Experiential learning as elucidated by David Kolb, the well-known American educational theorist and Psychology professor, is the process or having a real lifelike experience and then through reflection forming personal conclusions on what will work for you. His well-known and widely used model has four steps:
Mark Thomas, one of PPI’s Lead Consultants and Faculty on Strategy / HR and Business Partnering sets out a challenging list of behaviours and actions that he believes are critical for today’s high impact HR Business Partners.
The recent announcement that Microsoft is purchasing Nokia for some £4.6bn/ $7.2bn was for many not a surprise. With a former Microsoft leader, Stephen Elop heading Nokia these last couple of years it was perhaps inevitable that the two would come together. After all one of his first strategic moves was to sacrifice Nokia’s beloved Symbian software and move to Microsoft’s Windows Phone.
In this article we look at the skills a business partner in today’s leading companies requires to have the appropriate impact. It will provide you with an opportunity to reflect and assess how you measure up. What do you do well and what might you need to develop or add to your skill set?
In this short article we will talk about what benefits they bring.
In this short article we will talk about why we use feedback tools for structured feedback and how they should be used.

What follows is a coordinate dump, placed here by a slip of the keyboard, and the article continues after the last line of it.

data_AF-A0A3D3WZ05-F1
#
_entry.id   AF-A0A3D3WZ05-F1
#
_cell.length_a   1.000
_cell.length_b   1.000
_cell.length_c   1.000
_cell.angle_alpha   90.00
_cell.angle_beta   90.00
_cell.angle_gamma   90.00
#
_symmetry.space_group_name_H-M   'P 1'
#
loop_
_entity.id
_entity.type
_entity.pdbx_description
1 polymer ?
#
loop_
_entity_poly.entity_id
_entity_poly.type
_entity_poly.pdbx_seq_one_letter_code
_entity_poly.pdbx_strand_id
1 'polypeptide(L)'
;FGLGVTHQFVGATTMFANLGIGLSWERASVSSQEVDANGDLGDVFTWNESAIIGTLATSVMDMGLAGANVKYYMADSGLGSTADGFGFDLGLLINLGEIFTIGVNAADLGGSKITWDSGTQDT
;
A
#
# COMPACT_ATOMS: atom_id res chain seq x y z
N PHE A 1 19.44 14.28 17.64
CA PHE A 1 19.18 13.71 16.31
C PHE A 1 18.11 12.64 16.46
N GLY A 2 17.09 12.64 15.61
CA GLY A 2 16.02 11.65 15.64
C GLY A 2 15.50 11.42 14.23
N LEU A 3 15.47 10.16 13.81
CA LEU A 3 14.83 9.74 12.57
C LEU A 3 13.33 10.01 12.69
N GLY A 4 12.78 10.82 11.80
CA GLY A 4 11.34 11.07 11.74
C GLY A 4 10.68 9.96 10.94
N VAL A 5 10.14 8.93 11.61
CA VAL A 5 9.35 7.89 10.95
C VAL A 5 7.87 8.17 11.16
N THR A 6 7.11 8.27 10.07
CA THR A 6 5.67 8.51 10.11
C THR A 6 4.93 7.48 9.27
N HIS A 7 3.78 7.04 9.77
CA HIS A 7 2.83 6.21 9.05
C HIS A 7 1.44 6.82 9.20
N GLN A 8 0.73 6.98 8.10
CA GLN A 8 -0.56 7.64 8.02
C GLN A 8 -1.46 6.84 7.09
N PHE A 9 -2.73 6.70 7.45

A valuable tool for providing feedback to managers is a 180° or 360° instrument. Feedback is critical for managers and leaders developing an objective sense of self awareness and identifying their strengths and areas for development.
Facilitation is an important skill set that everybody has to some degree of proficiency. However to be able to apply it to achieve results with different groups of managers requires having both a good tool kit of techniques and a good understanding of when and how to intervene. These enable the facilitator to have the appropriate impact in helping the group or unit or department produce valuable results. It is a valuable additional weapon for the armory of HR professionals especially when they are stepping into a business partnering role.
On a recent visit to Finland to deliver a leadership program I took the opportunity to call in to see a number of other clients. An interesting fact cropped up. Three of the four companies I visited had recently restructured their HR function. In all three cases the dotted line relationship between the HR Vice President at head office and the HR Directors and Managers at business unit and country level was being replaced by a solid line. The local and regional HR professionals were now reporting directly to their functional head and no longer to the line of business manager.
Have you ever asked a colleague or key stakeholder for feedback on how you communicate and what effect this has on them?